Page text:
eregyrn: (-wolf rally)
I am taking a page from Katie and Cofax, and am going to start doing "what I'm reading" entries... which I understand should be a Wed. thing, and I'll get on track with that soon. But to start...

Finished relatively recently...

Close to Shore: The Terrifying Shark Attacks of 1916 by Michael Capuzzo, and Twelve Days of Terror: A Definitive Investigation of the 1916 New Jersey Shark Attacks by Richard G. Fernicola.

Read more... )

Still Life: Adventures in Taxidermy by Melissa Milgrom.

Read more... )


What I'm reading now...

Dry Storeroom No. 1: The Secret Life of the Natural History Musem, by Richard Fortey.

Read more... )

Arizona: A History, Revised Edition, by Thomas E. Sheridan.

Read more... )

Tony Hillerman's series of mystery novels set on the Navajo Reservation.

Read more... )
eregyrn: (Default)
For the first time this morning, I felt a sense of distance and detachment from the whole HP mania going on, and actually had a little tiny twinge of regret about it. Not a big twinge at all. Just a, "yeah, that must be kind of fun for the folks who are participating."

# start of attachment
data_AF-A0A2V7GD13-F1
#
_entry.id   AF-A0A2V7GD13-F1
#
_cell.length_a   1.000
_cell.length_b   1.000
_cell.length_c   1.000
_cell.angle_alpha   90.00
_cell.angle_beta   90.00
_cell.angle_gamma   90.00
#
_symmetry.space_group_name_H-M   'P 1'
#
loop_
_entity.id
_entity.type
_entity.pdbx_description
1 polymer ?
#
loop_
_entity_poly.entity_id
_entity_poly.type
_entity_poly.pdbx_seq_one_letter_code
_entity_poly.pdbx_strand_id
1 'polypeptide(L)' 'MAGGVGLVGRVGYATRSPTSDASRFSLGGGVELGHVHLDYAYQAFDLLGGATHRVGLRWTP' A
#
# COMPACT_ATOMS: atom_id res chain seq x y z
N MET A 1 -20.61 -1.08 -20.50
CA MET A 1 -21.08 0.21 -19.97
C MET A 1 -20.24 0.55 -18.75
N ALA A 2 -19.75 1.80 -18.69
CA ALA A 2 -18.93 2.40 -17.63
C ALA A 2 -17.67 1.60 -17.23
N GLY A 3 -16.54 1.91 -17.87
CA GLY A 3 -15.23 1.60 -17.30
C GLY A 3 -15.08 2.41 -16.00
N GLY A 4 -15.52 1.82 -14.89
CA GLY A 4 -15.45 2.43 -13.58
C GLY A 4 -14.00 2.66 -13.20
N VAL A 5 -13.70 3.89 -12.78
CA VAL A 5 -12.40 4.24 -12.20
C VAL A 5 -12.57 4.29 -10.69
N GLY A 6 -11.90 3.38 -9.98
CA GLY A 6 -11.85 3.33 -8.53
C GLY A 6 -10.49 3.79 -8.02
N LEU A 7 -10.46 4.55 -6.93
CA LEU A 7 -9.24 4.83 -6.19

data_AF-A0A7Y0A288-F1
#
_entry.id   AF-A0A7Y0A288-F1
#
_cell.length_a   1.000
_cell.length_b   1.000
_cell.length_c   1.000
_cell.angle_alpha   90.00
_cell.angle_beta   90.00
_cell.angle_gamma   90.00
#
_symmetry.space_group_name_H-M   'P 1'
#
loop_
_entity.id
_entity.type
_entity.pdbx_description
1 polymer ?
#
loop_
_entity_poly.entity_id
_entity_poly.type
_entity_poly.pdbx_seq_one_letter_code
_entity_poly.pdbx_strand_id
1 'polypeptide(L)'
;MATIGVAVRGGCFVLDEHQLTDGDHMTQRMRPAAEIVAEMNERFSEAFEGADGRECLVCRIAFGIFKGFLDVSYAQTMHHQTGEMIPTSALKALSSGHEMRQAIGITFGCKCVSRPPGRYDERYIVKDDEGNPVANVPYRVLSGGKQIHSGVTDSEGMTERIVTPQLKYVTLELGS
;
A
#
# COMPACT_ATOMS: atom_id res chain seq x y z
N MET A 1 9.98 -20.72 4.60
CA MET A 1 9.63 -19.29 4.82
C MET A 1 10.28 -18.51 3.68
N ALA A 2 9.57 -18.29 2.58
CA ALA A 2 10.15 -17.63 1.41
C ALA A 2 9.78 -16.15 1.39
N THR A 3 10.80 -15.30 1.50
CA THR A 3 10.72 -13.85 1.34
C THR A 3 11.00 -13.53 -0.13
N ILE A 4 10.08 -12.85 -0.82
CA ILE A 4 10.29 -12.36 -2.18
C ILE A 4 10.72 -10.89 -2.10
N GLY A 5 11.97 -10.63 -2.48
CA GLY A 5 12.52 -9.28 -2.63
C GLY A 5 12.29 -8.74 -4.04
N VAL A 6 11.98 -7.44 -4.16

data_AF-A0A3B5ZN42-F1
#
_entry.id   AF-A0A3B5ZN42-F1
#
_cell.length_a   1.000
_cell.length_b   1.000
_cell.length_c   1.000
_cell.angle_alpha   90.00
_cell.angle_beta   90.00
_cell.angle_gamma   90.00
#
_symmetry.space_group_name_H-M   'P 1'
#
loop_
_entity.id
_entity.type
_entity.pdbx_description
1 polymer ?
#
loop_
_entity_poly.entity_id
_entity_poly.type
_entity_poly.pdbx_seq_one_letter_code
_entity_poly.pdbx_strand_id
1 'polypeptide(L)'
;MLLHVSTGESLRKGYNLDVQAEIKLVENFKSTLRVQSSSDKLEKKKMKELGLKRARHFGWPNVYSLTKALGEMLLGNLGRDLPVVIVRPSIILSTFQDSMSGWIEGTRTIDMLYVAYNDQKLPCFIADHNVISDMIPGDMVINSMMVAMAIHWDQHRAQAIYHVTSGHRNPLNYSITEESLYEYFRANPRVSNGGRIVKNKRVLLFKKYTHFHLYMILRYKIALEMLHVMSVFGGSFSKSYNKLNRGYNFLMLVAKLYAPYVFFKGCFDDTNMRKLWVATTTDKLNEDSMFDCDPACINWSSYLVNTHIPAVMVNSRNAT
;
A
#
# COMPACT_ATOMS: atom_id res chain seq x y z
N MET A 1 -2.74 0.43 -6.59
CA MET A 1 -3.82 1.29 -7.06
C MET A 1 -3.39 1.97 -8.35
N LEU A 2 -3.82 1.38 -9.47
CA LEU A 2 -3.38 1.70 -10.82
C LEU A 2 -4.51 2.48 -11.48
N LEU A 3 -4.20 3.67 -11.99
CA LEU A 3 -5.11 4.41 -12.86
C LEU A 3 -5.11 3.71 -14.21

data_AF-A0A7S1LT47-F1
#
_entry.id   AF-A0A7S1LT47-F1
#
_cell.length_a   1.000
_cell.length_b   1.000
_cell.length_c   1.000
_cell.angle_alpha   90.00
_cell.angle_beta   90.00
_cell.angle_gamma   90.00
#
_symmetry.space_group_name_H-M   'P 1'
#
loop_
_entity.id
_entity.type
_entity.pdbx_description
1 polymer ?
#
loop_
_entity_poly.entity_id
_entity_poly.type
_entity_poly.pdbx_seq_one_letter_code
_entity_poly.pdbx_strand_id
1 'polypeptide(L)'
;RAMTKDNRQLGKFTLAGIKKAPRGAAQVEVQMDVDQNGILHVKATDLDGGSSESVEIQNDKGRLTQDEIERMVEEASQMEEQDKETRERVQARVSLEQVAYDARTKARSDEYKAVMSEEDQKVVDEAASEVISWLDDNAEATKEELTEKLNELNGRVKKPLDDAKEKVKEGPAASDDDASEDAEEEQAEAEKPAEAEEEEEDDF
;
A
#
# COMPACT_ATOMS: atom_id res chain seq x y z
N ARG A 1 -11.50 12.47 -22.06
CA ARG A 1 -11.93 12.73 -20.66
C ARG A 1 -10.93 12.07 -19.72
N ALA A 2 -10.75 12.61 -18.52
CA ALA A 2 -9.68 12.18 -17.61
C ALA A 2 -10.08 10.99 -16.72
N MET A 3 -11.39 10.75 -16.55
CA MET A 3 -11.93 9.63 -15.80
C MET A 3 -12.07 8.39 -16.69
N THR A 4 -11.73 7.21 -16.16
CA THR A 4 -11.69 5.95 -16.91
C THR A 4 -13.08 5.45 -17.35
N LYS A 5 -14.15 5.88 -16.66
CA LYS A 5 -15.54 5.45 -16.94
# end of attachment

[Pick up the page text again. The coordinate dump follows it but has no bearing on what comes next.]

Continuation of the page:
Me, I'm behind on my HP reading and my HP watching, so it would be useless to even try to participate. Haven't seen the latest movie yet. Haven't even read book 5, let alone book 6, so don't really know about all the plot developments and what's what. I'm not, however, afraid of spoilers at all. Which isn't to say I've seen any. Everyone seems to be being very conscientious about it. I just figure I'm *going* to be spoiled for parts of the ending, before I get to it. Doesn't really bother me, I guess. (I've already read this one huge SG-1/HP crossover fanfic -- no, really -- that I think depended heavily on book 5 at least, and I was a little perplexed by some HP details, but not very.)

I'm thinking that book 5 may go with me as good airplane-reading. Got 21 hours' worth of flying time looming? An 800-page book seems like a good bet.

Yeah -- for those who didn't know (which is probably most people, as I've been really bad at talking about it), I'm a few days away from leaving for a big trip to New Zealand. (!!!) Am going down there for about 3 weeks to visit various friends who emigrated there a few years ago. There's going to be road-tripping around both islands, braving winter weather, and much LOTR sight-seeing, and llama/alpaca-interaction. (And guanacos! Apparently!) Yup.